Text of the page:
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Miyares joins Republican AG effort to tell Bank of America who it needs to do business with

Chris Graham
jason miyares
Jason Miyares. (© The Old Major – Shutterstock)

A group of Republican AGs, citing reports from far-right outlets, wants Bank of America to remove prohibitions on “intolerance” and “hate” from its online banking service agreement.

The AGs, including Virginia Attorney General Jason Miyares, hyped a letter sent to Bank of America on Tuesday also demanding that the bank “provide a written report about its account policies and practices” and “update its terms of service to state that it does not discriminate against customers for their religious or political views or speech,” according to a press release that went out Tuesday morning.

The AGs claim that Bank of America has denied services to gun manufacturers, fossil fuel producers, and contractors for U.S. Immigration and Customs Enforcement.

The letter also includes the claim that Bank of America canceled the accounts of Christian ministry groups, saying one such group that trains pastors is “operating a business type we have chosen not to service.”

Bank of America issued a statement denying the claims.

Rhetorical question: even if Bank of America is doing what is claimed, how would that be any different than, oh, I dunno, a Christian photographer not wanting to shoot a wedding for an LGBTQ+ couple?

“Bank of America’s blatant discrimination against account holders whose political and religious ideologies don’t align with its own is appalling and un-American,” Miyares said in a statement issued by his taxpayer-funded press office.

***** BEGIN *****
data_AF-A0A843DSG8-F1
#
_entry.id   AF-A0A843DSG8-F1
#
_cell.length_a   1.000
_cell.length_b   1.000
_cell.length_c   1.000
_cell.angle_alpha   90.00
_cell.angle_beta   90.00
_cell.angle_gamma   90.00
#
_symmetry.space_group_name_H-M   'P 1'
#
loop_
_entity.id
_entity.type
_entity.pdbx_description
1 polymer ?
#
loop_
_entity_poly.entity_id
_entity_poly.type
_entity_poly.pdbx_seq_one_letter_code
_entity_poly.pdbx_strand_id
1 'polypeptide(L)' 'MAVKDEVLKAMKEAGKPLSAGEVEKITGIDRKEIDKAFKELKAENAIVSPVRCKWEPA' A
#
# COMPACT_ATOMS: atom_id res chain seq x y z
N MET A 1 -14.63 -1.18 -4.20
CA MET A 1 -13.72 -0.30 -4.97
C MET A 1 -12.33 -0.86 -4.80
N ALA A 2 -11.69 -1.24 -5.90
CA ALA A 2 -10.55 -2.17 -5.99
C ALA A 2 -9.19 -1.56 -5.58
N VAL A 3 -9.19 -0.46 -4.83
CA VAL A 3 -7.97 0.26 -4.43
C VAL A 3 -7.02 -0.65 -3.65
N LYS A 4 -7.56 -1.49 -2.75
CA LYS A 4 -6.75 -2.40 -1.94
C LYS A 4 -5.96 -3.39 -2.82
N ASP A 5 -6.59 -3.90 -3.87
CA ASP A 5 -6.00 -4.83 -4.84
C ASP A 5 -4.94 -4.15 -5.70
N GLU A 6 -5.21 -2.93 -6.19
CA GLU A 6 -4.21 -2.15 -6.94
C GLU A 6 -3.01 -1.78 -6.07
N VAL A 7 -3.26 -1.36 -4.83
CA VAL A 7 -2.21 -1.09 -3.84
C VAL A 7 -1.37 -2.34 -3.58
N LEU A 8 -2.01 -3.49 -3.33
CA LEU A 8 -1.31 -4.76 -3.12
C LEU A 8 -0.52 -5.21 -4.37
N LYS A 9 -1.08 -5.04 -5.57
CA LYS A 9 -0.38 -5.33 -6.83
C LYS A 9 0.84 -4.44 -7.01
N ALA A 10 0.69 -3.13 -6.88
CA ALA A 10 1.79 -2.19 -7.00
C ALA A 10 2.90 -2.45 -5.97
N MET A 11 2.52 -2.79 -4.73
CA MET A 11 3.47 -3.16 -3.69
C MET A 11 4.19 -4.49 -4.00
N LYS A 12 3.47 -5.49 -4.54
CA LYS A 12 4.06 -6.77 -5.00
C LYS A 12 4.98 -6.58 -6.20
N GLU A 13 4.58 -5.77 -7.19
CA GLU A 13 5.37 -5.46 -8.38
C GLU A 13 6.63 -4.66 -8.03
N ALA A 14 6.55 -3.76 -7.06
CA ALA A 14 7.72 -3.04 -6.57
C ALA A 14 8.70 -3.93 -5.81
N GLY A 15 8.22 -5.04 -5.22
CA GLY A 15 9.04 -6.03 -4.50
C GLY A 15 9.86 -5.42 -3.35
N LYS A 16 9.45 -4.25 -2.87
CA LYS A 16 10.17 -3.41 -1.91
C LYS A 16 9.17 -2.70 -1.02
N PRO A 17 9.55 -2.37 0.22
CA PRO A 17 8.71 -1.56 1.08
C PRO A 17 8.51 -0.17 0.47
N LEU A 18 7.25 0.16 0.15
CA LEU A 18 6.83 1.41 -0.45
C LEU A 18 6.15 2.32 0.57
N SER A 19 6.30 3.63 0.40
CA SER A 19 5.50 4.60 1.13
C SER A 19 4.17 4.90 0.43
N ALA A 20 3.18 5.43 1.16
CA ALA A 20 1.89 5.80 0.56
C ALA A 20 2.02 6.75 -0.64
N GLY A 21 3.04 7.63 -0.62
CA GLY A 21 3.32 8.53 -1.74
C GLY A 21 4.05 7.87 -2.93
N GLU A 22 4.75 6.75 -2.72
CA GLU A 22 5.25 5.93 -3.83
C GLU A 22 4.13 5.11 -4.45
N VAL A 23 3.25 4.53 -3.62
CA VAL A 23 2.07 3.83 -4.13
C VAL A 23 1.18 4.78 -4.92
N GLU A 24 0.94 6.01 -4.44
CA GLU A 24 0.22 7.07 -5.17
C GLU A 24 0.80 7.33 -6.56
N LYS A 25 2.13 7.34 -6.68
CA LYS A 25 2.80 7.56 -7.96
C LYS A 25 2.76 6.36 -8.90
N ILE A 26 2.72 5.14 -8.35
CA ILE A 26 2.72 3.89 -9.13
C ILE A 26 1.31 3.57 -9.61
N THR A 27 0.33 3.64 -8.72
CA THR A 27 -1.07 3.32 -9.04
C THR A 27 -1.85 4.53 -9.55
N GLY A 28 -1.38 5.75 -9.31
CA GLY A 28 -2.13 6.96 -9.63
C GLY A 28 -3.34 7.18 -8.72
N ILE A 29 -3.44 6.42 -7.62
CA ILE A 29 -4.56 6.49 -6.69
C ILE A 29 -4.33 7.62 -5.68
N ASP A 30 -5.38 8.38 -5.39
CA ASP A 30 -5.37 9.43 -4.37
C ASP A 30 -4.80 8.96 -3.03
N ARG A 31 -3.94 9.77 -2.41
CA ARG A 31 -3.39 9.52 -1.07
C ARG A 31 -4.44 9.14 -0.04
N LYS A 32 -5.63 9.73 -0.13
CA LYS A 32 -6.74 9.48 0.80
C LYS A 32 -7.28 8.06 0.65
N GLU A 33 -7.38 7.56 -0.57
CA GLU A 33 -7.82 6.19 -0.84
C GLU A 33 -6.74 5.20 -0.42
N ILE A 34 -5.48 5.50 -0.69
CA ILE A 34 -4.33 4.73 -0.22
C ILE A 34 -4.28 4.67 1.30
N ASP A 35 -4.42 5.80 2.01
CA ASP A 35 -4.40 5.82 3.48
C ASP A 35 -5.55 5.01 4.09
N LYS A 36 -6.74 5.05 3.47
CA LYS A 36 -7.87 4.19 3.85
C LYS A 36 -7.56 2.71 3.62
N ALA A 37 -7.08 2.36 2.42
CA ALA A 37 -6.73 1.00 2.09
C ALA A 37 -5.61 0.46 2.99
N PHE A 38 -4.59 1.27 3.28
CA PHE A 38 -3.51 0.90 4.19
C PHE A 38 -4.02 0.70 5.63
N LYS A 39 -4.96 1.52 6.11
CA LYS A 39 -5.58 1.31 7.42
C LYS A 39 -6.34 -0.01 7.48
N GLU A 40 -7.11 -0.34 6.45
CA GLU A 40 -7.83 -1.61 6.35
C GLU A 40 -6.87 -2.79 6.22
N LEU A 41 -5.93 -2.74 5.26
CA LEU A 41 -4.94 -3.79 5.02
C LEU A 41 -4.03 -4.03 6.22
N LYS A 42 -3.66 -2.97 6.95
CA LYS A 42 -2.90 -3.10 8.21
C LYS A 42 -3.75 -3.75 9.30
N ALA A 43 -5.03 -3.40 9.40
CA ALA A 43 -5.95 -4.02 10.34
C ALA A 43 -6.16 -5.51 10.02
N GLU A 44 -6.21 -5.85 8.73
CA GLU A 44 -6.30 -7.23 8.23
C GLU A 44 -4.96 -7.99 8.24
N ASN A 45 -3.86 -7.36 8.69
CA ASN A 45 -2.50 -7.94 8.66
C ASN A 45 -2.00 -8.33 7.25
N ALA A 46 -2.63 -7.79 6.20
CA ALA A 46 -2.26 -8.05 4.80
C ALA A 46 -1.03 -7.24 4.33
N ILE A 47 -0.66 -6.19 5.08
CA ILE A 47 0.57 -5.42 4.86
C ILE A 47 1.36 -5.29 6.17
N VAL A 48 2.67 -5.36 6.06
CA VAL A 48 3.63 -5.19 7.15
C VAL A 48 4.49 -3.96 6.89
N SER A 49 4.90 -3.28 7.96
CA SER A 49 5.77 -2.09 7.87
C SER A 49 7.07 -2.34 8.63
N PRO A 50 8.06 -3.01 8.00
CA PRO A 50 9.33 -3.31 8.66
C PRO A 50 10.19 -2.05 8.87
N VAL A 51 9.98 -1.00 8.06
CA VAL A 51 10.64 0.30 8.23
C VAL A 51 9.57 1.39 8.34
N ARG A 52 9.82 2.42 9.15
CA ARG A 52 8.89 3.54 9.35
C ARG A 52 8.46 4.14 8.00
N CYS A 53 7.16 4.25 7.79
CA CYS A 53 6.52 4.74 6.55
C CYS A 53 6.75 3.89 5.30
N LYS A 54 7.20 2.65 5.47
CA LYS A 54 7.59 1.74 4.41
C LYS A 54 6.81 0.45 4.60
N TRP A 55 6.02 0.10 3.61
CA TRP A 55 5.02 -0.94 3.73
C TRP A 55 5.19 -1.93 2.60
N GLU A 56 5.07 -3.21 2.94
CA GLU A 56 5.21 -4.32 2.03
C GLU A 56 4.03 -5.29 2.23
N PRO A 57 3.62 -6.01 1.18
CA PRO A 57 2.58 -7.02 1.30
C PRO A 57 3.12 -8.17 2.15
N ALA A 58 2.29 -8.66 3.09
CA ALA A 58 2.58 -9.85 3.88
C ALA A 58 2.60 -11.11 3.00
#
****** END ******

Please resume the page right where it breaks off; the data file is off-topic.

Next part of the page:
“As attorney general, I will protect the constitutional liberties of all Virginians. Bank of America should clean up its act or prepare to reckon with potential litigation,” Miyares said.

There’s your answer: Miyares would obviously side with the gay couple.

Hold on.

Being told that, maybe not.

“The Supreme Court made clear that the government cannot compel people like Mr. Updegrove to speak contrary to their conscience. As attorney general, my highest duty is to the federal Constitution.”

That was Miyares in November defending his decision to side with a Fairfax County photographer who had sued the state seeking protection from having to comply with the Virginia Values Act, a landmark 2020 law that extended wide-ranging protections for the LGBTQ+ community.

The photographer, a guy named Bob Updegrove, hadn’t even faced having to turn down a gay couple that might have tried to hire him; he just wanted to be able to say that he wouldn’t do so on the website promoting his business.

So, it’s OK for a wedding photographer to refuse to do business with people based on his beliefs, and our AG is on his side because the government can’t compel him to speak contrary to his conscience.

But if a bank doesn’t want to do business with a gun manufacturer, fossil fuel company or a right-wing religious group, it’s litigation time.

Got it.

Chris Graham

Chris Graham

Chris Graham is the founder and editor of Augusta Free Press. A 1994 alum of the University of Virginia, Chris is the author and co-author of seven books, including Poverty of Imagination, a memoir published in 2019, and Team of Destiny: Inside Virginia Basketball’s Run to the 2019 National Championship, and The Worst Wrestling Pay-Per-View Ever, published in 2018. For his commentaries on news, sports and politics, go to his YouTube page, or subscribe to his Street Knowledge podcast. Email Chris at [email protected].